“When you have a show, you have to care about it more than everybody else because it is coming from you. You also have to care about it so much and inspire other people to care about it close to as much as you do so they feel inspired to do their best work.”
Once you had the idea approved, how did you go about making the show?
The show came together pretty quickly from there. I knew the story I wanted to tell. It was incredibly personal, probably the most personal things I’ve ever done. One of the things that was difficult was that it was a very unique piece that was more alternative than what a broadcast show would be. Fox passed on the pilot, but we very quickly found a home at Netflix and I think Fox’s pass was because the show really is an oddball. It has never been done on American television where people lip-sync to pop songs. The best option for the show was streaming.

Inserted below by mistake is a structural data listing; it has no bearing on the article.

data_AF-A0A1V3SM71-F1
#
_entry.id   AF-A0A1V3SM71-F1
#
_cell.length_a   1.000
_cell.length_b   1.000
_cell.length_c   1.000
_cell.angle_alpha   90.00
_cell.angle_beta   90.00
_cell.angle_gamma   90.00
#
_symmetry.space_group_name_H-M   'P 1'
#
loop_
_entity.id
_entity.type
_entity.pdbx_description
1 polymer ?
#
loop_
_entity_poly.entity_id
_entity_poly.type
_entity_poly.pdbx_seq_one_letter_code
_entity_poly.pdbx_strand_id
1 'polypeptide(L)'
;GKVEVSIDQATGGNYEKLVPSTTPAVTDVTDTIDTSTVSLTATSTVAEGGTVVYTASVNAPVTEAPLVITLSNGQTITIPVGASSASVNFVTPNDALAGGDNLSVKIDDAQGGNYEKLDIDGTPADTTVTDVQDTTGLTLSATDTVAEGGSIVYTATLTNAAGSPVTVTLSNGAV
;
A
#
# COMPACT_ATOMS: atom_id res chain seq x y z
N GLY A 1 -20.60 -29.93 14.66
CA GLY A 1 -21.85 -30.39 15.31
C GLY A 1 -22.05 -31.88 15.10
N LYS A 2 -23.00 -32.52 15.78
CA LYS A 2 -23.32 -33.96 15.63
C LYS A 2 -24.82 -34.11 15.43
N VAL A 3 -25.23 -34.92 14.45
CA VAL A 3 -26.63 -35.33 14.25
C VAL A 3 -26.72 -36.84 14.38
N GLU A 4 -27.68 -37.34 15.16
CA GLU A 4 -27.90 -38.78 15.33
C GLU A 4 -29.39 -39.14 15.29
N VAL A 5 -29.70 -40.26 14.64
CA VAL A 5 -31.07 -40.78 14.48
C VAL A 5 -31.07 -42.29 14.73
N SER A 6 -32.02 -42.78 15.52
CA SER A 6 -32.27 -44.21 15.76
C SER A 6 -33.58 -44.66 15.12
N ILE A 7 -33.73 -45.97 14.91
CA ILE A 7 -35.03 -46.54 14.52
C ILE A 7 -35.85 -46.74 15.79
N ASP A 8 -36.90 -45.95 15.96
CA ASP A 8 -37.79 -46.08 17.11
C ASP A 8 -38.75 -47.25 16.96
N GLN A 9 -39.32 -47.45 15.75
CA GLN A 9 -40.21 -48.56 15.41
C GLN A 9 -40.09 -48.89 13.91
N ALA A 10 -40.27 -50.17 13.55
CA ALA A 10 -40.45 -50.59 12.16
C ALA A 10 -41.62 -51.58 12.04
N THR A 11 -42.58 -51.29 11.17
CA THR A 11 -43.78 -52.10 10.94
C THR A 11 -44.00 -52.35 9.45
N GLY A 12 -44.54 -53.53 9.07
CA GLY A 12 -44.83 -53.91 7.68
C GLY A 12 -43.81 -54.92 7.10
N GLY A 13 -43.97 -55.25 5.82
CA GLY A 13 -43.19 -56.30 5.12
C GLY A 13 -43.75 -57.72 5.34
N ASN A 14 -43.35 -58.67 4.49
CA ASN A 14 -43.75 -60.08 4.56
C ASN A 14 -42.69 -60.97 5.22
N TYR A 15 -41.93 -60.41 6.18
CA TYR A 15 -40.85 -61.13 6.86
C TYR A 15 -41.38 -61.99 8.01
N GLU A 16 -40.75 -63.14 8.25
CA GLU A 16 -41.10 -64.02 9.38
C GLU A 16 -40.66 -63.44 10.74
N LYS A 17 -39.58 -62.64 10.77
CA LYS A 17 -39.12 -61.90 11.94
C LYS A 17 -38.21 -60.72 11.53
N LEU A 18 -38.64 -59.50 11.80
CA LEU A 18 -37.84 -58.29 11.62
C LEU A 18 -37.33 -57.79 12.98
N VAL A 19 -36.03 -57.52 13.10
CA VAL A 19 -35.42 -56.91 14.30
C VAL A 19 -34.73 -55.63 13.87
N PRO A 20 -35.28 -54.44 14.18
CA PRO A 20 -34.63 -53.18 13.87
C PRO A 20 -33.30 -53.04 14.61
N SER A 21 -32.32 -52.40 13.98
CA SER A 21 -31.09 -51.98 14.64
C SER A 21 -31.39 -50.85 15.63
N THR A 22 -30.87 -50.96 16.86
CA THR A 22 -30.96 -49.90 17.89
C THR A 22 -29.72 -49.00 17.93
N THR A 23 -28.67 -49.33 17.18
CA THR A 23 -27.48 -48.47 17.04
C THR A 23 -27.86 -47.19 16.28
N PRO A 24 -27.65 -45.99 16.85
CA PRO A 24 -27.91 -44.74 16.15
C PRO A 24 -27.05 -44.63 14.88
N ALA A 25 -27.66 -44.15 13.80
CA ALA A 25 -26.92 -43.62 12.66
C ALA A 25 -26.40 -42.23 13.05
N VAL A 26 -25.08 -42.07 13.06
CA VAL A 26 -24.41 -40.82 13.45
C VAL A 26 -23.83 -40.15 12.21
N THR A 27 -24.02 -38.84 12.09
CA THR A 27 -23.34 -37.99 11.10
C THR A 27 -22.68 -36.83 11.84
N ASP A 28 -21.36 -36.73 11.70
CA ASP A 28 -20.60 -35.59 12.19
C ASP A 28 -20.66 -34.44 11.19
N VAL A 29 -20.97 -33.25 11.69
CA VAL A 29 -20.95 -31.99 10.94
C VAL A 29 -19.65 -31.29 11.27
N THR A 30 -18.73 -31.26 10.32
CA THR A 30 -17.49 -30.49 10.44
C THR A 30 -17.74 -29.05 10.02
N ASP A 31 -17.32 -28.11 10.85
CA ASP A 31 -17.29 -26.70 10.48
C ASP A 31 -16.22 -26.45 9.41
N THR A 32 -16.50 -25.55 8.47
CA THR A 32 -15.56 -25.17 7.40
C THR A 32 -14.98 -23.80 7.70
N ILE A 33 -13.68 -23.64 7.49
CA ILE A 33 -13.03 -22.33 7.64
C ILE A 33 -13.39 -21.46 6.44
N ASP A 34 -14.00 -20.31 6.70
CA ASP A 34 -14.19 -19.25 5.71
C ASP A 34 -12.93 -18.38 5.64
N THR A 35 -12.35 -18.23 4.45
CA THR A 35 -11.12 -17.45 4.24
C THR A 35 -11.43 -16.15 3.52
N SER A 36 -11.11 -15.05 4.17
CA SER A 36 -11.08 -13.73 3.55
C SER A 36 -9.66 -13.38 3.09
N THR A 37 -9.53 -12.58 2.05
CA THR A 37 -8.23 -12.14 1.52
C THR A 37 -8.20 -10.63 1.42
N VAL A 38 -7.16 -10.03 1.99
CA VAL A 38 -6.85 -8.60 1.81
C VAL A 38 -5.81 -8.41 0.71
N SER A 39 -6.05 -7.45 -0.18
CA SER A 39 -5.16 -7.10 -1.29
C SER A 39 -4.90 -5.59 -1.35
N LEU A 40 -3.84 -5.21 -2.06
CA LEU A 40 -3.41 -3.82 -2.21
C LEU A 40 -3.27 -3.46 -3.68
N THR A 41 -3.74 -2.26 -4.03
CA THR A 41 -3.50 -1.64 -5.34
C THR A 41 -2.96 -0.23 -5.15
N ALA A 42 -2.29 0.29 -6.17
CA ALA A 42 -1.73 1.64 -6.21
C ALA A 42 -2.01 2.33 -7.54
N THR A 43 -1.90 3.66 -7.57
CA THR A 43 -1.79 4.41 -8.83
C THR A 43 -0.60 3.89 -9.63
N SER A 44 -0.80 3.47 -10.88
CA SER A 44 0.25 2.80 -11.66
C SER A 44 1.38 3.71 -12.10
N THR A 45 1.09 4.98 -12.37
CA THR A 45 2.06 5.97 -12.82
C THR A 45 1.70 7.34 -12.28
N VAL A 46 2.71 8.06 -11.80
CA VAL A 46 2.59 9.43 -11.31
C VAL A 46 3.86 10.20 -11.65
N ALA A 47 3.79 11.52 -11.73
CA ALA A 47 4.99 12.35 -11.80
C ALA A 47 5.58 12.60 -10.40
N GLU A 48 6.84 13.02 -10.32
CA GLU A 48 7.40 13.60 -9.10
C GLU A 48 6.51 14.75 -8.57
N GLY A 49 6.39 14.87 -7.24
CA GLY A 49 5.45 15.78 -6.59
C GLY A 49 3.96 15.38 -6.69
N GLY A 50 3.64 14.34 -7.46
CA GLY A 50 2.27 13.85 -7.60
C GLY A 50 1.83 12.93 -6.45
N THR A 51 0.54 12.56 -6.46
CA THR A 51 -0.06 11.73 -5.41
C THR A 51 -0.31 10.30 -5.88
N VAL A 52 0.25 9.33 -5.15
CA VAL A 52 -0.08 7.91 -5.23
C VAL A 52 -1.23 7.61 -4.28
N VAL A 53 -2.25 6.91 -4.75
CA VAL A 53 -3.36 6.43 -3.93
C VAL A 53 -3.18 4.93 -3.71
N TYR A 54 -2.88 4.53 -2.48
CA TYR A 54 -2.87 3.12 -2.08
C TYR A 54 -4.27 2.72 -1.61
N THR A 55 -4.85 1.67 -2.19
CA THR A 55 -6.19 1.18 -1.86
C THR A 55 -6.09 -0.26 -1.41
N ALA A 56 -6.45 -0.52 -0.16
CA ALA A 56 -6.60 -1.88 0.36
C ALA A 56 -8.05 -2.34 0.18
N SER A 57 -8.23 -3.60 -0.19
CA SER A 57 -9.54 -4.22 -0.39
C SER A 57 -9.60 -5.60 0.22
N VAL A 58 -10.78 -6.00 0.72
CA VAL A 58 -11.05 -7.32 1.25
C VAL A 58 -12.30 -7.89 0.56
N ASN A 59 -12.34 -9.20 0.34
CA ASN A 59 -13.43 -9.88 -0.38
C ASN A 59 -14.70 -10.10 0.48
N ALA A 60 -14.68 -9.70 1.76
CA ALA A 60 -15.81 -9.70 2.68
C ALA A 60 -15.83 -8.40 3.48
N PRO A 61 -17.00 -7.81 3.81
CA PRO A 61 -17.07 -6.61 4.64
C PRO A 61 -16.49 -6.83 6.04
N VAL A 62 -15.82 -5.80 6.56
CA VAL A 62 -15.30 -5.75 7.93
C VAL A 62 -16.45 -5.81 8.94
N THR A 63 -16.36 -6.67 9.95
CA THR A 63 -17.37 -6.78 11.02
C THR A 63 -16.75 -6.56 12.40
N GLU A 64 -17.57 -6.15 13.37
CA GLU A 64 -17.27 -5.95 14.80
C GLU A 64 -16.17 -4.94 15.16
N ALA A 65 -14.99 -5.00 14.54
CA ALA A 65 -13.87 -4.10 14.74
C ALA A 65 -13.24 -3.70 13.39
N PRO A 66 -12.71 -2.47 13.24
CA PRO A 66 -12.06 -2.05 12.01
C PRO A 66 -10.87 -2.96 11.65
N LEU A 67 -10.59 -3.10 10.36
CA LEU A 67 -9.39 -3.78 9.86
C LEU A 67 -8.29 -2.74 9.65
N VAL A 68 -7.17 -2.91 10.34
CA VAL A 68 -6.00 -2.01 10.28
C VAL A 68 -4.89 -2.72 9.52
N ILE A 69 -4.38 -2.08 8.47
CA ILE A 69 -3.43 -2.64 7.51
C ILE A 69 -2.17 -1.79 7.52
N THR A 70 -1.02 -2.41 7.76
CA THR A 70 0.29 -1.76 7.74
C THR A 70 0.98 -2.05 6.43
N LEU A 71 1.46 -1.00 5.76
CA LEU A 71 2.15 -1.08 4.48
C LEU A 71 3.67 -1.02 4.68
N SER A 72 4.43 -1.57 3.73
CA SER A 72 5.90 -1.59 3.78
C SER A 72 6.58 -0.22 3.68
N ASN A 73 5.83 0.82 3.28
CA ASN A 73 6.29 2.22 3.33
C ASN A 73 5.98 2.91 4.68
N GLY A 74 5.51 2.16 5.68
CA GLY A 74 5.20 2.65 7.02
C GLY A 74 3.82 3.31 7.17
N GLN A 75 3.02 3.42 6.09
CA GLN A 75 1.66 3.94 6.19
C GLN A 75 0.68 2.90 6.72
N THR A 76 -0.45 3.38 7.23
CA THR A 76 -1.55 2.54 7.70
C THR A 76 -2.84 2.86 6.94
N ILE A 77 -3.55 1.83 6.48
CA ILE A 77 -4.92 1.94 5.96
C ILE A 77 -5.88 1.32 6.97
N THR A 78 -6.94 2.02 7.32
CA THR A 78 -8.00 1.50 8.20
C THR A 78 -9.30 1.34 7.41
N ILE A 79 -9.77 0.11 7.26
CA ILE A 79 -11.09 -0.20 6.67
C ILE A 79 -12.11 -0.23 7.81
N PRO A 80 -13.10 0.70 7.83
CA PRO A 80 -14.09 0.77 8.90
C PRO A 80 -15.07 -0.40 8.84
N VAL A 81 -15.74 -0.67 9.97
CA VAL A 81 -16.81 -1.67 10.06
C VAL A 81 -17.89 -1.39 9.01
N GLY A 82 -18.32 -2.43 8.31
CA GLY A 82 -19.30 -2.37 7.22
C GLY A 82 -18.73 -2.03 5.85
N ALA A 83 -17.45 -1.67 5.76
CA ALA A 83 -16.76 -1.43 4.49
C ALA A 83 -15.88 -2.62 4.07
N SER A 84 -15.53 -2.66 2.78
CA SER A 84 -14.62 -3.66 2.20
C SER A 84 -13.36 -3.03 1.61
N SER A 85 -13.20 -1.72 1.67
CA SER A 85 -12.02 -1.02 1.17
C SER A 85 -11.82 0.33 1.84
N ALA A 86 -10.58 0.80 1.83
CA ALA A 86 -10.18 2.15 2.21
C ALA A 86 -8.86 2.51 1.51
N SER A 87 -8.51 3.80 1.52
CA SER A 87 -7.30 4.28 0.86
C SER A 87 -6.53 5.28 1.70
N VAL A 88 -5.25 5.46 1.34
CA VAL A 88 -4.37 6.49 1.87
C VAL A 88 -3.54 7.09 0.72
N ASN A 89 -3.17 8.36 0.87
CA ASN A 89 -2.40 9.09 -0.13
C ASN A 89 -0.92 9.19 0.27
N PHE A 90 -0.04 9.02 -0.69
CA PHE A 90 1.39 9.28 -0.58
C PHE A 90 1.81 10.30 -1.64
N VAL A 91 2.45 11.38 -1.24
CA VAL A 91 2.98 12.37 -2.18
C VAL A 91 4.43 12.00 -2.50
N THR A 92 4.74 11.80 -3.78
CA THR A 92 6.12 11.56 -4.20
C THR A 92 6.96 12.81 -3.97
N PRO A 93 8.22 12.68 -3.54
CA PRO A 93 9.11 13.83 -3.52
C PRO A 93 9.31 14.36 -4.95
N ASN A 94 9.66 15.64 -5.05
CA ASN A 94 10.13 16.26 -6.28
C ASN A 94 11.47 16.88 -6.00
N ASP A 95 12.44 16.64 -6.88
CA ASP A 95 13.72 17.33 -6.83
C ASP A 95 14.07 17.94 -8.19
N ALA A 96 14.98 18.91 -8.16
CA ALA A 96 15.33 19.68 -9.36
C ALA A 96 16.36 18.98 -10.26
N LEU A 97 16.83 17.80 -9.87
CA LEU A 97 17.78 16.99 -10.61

How does the network switch change the process of making the show?
When you make a pilot, you have to turn in a “series bible,” where you think the show is going to go. That series doc for Fox was basically the same series doc that Netflix bought. Nothing really changed. Netflix allowed me to do the show that I hoped it would be. I could tell these beautiful, almost closed-ended stories without big cliffhangers. Netflix was really open to trying this experiment of every episode having not just a focus of two different characters, but a different tone, a literal different sound because each character has their own sound.
How does the musical nature of the show affect the process of making it and how is that different from a traditional series?